Jim Dixon wrote about food for WW for more than 20 years, but these days most of his time is spent at his olive oil-focused specialty food business, Wellspent Market. Jim’s always loved to eat, and he encourages his customers to cook by sending them recipes every week through his newsletter. We’re happy to have him back creating some special dishes just for WW readers.
Nonna Carlo’s Beans with Cabbage and Polenta
I sold olive oil at the Portland Farmers Market for more than 15 years, and most of the time my booth was next to Fred Carlo’s. Portland’s original master of Italian-style meat products, Fred still grills his custom sausages and makes sandwiches with onions and peppers at his market stand. I would inhale the savory aroma of frying onions, peppers, and pork from his grill while we’d “sweeten” our coffee from a flask and swap stories about the things we loved to eat.
He told me his favorite dish was made by his grandmother. She’d cook a pot of beans, then add Savoy cabbage and polenta and let it all simmer together to form a thick, chunky stew. It’s the same approach used to make what the Tuscans call polentina, a vegetable stew thickened with a little polenta, or jota from the Veneto, a hearty polenta-thickened soup made with smoked pork, beans, and sauerkraut.
But it’s really just comfort food, soft and spoonable and best eaten from a big bowl with a shower of grated Parmigiano, a healthy drizzle of good olive oil, and freshly ground black pepper. Or serve it alongside a grilled Italian sausage.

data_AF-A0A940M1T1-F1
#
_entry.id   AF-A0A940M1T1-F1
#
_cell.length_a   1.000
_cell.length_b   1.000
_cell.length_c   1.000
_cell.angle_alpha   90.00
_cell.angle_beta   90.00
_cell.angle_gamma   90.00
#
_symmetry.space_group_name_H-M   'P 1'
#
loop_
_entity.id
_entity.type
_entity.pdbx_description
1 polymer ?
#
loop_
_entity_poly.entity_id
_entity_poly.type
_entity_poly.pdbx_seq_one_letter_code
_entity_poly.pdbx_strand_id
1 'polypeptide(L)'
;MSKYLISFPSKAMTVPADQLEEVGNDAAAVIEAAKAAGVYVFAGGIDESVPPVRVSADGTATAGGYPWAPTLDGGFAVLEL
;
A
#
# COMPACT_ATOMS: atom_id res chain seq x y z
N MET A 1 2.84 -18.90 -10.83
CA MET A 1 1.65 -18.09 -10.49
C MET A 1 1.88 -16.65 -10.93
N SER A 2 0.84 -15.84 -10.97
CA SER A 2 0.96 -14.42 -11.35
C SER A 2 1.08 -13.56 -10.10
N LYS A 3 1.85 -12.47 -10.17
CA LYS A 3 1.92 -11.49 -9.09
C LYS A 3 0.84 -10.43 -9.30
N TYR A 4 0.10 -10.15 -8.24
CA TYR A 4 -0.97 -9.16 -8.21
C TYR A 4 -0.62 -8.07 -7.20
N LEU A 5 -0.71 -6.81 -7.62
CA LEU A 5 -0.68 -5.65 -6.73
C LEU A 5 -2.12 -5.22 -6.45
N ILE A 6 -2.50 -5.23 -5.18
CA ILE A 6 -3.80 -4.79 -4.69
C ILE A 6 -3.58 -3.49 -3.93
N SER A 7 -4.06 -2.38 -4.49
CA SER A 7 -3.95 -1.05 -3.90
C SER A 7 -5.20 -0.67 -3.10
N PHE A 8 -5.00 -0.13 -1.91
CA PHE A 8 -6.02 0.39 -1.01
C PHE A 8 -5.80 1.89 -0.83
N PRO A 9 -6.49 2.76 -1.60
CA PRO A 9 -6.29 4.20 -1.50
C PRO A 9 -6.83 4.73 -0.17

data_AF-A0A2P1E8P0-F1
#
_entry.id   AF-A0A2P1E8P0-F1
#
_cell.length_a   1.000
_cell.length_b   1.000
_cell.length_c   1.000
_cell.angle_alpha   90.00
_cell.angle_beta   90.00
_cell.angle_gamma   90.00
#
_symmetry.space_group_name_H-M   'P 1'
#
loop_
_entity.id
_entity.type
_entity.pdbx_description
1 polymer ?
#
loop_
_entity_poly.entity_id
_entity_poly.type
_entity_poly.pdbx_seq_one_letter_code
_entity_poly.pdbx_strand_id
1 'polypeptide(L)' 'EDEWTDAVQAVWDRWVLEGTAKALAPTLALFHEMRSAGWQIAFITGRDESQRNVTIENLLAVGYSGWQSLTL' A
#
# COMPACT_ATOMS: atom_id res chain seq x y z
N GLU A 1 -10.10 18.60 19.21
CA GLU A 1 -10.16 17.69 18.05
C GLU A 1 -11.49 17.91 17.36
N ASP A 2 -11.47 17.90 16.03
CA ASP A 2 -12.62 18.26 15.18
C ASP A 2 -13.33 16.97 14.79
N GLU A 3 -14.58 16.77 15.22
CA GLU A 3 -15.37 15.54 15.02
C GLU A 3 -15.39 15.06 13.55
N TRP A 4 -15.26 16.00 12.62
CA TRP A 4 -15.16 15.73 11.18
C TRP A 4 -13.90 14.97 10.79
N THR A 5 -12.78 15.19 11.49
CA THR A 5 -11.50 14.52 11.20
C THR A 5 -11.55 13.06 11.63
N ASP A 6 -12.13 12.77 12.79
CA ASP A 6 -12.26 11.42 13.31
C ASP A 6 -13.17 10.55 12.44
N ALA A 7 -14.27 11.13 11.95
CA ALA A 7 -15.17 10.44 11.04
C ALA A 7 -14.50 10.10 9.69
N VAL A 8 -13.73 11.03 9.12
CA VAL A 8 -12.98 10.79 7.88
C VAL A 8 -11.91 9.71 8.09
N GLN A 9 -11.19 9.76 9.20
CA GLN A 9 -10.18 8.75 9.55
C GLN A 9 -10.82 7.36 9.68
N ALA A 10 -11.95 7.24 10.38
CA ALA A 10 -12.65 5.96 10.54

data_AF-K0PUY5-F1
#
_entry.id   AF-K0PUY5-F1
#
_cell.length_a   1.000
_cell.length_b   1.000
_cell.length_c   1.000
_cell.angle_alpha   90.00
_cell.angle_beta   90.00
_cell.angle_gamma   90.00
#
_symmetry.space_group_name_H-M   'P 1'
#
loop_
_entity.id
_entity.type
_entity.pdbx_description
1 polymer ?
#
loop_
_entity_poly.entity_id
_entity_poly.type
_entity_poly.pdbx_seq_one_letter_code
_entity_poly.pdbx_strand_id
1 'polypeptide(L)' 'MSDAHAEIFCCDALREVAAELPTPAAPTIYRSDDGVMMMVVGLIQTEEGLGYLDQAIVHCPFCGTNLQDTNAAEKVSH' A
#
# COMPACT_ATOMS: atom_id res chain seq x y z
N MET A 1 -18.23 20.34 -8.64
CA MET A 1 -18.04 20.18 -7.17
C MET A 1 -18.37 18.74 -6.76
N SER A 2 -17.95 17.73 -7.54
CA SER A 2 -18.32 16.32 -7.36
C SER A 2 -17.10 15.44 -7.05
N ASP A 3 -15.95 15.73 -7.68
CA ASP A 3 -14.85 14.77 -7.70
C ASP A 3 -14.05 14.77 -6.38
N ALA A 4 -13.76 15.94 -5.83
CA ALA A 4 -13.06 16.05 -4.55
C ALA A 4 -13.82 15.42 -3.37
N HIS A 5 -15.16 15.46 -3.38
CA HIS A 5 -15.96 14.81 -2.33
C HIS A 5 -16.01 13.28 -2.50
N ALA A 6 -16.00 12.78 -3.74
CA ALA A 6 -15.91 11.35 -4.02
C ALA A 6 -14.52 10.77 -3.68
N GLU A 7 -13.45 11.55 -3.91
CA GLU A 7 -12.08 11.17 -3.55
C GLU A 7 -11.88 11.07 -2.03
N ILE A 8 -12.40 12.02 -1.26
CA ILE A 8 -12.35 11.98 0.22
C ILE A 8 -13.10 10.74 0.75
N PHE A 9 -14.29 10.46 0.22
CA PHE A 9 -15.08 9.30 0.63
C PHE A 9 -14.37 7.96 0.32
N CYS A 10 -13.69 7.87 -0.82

1 cup borlotti, cranberry, or pinto beans
2 cloves garlic, chopped
6-8 leaves fresh sage, chopped
3 tablespoons extra virgin olive oil
6 cups water
2 teaspoons kosher salt
¼ head Savoy cabbage, chopped
¼ cup polenta
More extra virgin olive oil, grated Parmigiano-Reggiano cheese, and black pepper to finish
Combine the beans, garlic, sage, olive oil, water, and salt in a 4-6 quart saucepan, bring it to a boil, reduce the heat to a gentle simmer, cover, and cook until the beans are tender, 90 minutes to 2 hours.
Chop the cabbage into roughly 1-inch pieces and add to the beans. Stir in the polenta, cover and cook for about 1 minute.
Remove the lid and stir with a wooden spoon, scraping the bottom of the pan to loosen any stuck polenta (this technique works for cooking grits, plan polenta, oatmeal or any other grains that tend to stick; you can also add more hot water, about ¼ cup at a time, while stirring). Let the pot simmer gently, stirring and scraping every 10-15 minutes, for 45 minutes.
Taste and add salt if needed. Serve hot with a drizzle of olive oil, freshly grated Parmigiano, and cracked black pepper.